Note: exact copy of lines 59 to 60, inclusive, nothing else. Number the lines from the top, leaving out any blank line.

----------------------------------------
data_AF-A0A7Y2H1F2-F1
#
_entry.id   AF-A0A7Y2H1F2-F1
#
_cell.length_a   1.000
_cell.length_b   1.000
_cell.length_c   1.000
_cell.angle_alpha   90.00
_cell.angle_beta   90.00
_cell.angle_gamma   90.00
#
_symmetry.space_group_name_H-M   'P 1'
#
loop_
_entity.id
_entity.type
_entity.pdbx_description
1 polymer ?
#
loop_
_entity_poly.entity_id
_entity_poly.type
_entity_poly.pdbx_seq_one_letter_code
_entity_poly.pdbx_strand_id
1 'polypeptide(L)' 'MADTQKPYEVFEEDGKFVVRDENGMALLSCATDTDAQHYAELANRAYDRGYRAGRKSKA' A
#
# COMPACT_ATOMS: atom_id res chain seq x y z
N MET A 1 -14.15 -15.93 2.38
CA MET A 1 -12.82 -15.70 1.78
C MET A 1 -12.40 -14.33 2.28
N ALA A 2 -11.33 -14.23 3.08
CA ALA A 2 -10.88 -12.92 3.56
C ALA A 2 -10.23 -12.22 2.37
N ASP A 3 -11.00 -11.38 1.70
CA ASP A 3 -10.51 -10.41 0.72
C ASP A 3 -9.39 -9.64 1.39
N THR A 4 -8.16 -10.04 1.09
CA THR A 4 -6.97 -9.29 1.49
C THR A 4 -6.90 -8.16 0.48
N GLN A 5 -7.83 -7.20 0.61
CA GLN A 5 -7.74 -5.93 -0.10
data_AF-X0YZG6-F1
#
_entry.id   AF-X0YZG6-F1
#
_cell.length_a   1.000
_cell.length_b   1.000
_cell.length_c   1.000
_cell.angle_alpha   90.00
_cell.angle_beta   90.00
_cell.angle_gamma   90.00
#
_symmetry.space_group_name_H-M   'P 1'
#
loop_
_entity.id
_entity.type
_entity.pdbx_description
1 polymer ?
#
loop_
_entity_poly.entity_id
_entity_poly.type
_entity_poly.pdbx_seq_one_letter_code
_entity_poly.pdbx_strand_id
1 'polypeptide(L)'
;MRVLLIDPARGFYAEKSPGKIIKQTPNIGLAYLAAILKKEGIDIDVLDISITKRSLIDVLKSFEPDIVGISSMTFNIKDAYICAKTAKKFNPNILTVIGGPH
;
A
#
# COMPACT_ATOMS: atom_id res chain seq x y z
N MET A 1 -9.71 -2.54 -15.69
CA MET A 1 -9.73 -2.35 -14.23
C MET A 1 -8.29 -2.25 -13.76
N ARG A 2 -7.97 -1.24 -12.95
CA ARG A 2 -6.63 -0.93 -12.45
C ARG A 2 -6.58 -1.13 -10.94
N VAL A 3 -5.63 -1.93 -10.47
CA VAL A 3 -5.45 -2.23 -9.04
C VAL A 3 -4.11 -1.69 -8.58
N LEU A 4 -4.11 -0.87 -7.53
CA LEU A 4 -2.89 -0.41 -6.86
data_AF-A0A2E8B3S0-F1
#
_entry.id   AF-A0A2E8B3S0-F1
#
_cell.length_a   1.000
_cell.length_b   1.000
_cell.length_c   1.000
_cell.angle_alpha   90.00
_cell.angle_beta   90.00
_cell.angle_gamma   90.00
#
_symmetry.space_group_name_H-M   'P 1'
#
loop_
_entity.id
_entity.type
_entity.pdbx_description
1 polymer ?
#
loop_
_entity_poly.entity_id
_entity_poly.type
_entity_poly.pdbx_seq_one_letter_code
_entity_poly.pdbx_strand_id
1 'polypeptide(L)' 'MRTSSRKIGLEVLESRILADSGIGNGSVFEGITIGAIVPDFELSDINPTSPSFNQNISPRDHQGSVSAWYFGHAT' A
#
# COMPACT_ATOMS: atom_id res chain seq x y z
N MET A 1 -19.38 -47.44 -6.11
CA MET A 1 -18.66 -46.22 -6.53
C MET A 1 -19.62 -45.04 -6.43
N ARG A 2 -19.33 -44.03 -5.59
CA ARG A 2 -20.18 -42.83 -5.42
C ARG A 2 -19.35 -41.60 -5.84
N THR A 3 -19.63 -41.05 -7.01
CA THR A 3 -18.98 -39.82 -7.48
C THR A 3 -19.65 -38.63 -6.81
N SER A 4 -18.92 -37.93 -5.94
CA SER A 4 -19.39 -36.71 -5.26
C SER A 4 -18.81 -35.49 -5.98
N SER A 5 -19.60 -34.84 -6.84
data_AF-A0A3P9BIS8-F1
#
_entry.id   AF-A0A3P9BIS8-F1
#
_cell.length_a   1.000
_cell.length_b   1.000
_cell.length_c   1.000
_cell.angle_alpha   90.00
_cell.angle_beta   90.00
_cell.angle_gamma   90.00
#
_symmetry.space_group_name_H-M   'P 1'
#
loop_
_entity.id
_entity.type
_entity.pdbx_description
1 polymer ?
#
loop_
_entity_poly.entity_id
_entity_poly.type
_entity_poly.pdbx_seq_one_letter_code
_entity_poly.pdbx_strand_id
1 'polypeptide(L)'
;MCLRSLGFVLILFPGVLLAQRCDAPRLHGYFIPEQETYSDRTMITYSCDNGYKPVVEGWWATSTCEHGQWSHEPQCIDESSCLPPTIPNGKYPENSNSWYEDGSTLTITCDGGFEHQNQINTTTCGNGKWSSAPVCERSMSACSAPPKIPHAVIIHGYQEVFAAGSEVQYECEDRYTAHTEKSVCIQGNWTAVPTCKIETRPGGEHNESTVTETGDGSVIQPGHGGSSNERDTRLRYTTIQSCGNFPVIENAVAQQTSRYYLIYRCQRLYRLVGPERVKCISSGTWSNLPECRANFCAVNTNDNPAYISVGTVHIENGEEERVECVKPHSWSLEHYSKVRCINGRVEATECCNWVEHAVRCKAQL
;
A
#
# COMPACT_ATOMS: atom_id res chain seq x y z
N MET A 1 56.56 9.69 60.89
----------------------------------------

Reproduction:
1 polymer ?
#